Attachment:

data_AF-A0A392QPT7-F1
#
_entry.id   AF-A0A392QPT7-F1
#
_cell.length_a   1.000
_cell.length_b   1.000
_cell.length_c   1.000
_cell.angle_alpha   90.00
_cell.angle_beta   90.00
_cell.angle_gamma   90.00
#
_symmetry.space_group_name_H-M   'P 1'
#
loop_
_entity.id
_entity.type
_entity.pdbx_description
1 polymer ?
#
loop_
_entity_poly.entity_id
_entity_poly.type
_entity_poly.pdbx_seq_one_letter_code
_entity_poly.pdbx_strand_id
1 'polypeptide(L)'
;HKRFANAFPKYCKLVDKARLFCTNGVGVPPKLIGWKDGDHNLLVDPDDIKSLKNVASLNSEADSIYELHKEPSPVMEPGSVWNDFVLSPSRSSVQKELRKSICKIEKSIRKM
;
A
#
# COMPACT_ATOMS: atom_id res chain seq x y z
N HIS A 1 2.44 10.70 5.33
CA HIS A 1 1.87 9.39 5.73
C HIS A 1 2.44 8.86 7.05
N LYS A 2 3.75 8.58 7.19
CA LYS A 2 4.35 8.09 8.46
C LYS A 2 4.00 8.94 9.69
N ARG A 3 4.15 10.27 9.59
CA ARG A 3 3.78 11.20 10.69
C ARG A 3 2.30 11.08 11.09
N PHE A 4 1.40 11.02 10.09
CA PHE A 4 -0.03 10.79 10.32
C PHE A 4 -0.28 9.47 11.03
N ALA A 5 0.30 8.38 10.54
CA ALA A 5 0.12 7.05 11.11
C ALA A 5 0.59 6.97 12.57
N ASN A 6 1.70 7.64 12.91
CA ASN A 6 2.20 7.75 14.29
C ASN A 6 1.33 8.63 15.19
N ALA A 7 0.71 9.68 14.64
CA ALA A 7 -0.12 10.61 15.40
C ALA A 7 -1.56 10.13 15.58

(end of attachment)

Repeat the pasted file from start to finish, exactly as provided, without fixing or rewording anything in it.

data_AF-A0A392QPT7-F1
#
_entry.id   AF-A0A392QPT7-F1
#
_cell.length_a   1.000
_cell.length_b   1.000
_cell.length_c   1.000
_cell.angle_alpha   90.00
_cell.angle_beta   90.00
_cell.angle_gamma   90.00
#
_symmetry.space_group_name_H-M   'P 1'
#
loop_
_entity.id
_entity.type
_entity.pdbx_description
1 polymer ?
#
loop_
_entity_poly.entity_id
_entity_poly.type
_entity_poly.pdbx_seq_one_letter_code
_entity_poly.pdbx_strand_id
1 'polypeptide(L)'
;HKRFANAFPKYCKLVDKARLFCTNGVGVPPKLIGWKDGDHNLLVDPDDIKSLKNVASLNSEADSIYELHKEPSPVMEPGSVWNDFVLSPSRSSVQKELRKSICKIEKSIRKM
;
A
#
# COMPACT_ATOMS: atom_id res chain seq x y z
N HIS A 1 2.44 10.70 5.33
CA HIS A 1 1.87 9.39 5.73
C HIS A 1 2.44 8.86 7.05
N LYS A 2 3.75 8.58 7.19
CA LYS A 2 4.35 8.09 8.46
C LYS A 2 4.00 8.94 9.69
N ARG A 3 4.15 10.27 9.59
CA ARG A 3 3.78 11.20 10.69
C ARG A 3 2.30 11.08 11.09
N PHE A 4 1.40 11.02 10.09
CA PHE A 4 -0.03 10.79 10.32
C PHE A 4 -0.28 9.47 11.03
N ALA A 5 0.30 8.38 10.54
CA ALA A 5 0.12 7.05 11.11
C ALA A 5 0.59 6.97 12.57
N ASN A 6 1.70 7.64 12.91
CA ASN A 6 2.20 7.75 14.29
C ASN A 6 1.33 8.63 15.19
N ALA A 7 0.71 9.68 14.64
CA ALA A 7 -0.12 10.61 15.40
C ALA A 7 -1.56 10.13 15.58